Here are some tips for the best ways to store some key food items in your kitchen, pantry, fridge, or freezer and keep them fresh for as long as possible. Stocking your kitchen with the right items and storing them properly allows you to have ingredients on hand to prepare quick healthy meals. Proper storage also means less food waste, and food that is nutritious and safe to eat.


Surprise – tomatoes should be stored on the counter, not in the fridge! Just think of how you buy them at the grocery store. They are in the produce section, but are not refrigerated.  Cold fridge temperatures reduce flavour and make tomatoes become mealy (or mushy). I have an abundance of garden tomatoes and there are many ways to store or preserve them for well into the fall and winter. My favourite ways to preserve tomatoes is to make sauce and salsa! For quick preservation wash and dry them, put them into freezer bags whole and freeze. Tomatoes have high acidity due to their vitamin C or ascorbic acid content and do not need to be blanched first.  The next time you are making a sauce, soup, or stew just take out frozen tomatoes and run them under warm water – like magic the skin will peel away, and you can add them to your favourite dish for extra flavour, tang, fibre and disease fighting vitamin C and lycopene.


For best storage remove the carrot greens or tops, or they will continue to draw energy or nutrients from the carrot root.  Carrot greens or tops are edible, nutritious and can make a great addition to soups and stews. Picked carrots are best kept in the fridge. After washing them be sure to let them air dry before placing in a plastic bag in the fridge. An important trick to keep carrots from spoiling, or molding is to puncture holes in the bag they are stored in first. Carrots need to breathe, and if they are sealed tight in a freezer bag they will spoil more quickly. Carrots can last up to one month in the fridge, if they are stored properly. They are also a crop that can be left in the ground and harvested well into the fall.


Some fruits, like bananas continue to ripen once they have been picked because they produce a gas called ethylene. To ripen bananas, place them in a brown bag at room temperature. Plastic bags do not work to ripen bananas, and instead trap moisture leading to quicker spoilage. To stop the ripening, bananas can be placed in the refrigerator. The skin may become dark coloured in the fridge, but they are still good to eat on the inside. If you have very ripe bananas, you do not need to throw them out, they are fantastic for baking. If you don’t have time to bake right away, bananas can be frozen and in a freezer bag or container, thawed and used later. After thawing don’t drain the liquid or your banana muffins or bread will be dry.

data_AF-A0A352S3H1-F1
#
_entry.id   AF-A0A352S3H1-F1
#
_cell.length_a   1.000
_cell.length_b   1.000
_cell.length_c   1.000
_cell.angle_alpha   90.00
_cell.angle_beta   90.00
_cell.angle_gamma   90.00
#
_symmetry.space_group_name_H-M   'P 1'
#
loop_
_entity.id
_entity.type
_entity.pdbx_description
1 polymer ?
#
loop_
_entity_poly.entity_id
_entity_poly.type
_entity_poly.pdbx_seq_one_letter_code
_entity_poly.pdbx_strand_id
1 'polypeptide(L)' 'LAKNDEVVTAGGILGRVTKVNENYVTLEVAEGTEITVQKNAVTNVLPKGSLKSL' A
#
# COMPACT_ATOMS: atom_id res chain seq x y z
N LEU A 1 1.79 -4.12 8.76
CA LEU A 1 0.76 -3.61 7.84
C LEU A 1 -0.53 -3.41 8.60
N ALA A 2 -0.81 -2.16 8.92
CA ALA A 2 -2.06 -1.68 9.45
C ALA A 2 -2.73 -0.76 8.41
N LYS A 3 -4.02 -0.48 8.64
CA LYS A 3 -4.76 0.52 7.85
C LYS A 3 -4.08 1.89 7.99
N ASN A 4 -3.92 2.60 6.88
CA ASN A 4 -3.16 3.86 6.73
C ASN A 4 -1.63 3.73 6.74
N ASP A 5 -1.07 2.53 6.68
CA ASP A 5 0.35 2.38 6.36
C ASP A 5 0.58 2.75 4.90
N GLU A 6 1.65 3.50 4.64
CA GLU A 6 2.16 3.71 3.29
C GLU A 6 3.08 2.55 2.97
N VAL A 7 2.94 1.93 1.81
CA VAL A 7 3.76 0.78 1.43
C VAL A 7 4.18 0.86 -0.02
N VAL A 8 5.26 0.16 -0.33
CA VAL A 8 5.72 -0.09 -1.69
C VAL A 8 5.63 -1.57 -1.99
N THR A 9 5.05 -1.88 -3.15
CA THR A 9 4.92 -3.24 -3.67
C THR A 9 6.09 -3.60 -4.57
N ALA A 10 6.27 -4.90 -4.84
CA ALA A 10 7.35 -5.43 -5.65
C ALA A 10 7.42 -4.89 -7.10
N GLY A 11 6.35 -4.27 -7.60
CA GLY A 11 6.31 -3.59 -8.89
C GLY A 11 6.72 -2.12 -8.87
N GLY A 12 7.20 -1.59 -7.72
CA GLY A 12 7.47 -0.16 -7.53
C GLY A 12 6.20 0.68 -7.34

They store best in the fridge and will stay crunchy. Apples will go soft or mushy much faster when kept at room temperature, because the enzymes in the fruit are more active. Apples can last four or more weeks in perforated plastic bags in crispers.


The great news is that packaged (dry and canned) lentils keep well on your cupboard shelf for up to a year. But, there are so many great way to use lentils they probably won’t stay on your shelf that long! Cooked lentils and lentil puree can be frozen and used within three months, or refrigerated for up to one week. Be sure that they are sealed tight in air-tight containers or plastic bags.  I like to freeze lentils  in one cup portions to use in baking, adding to salads, soups, sauces, curries, stews, making into hummus and even smoothies.


The best place to store bread is in the freezer. The staling process begins as soon as the bread is taken out of the oven! Bread will mold easily if stored on the counter top, will stale and become crumbly when kept in the fridge, but will keep the freshest when frozen. Remove excess air from the bread bag when freezing and place a secondary paper bag on top of the plastic bag, this will help prevent excess moisture from getting to the bread and help stop ice crystals from forming inside the plastic bread bag. Bread can be kept frozen for up to three months.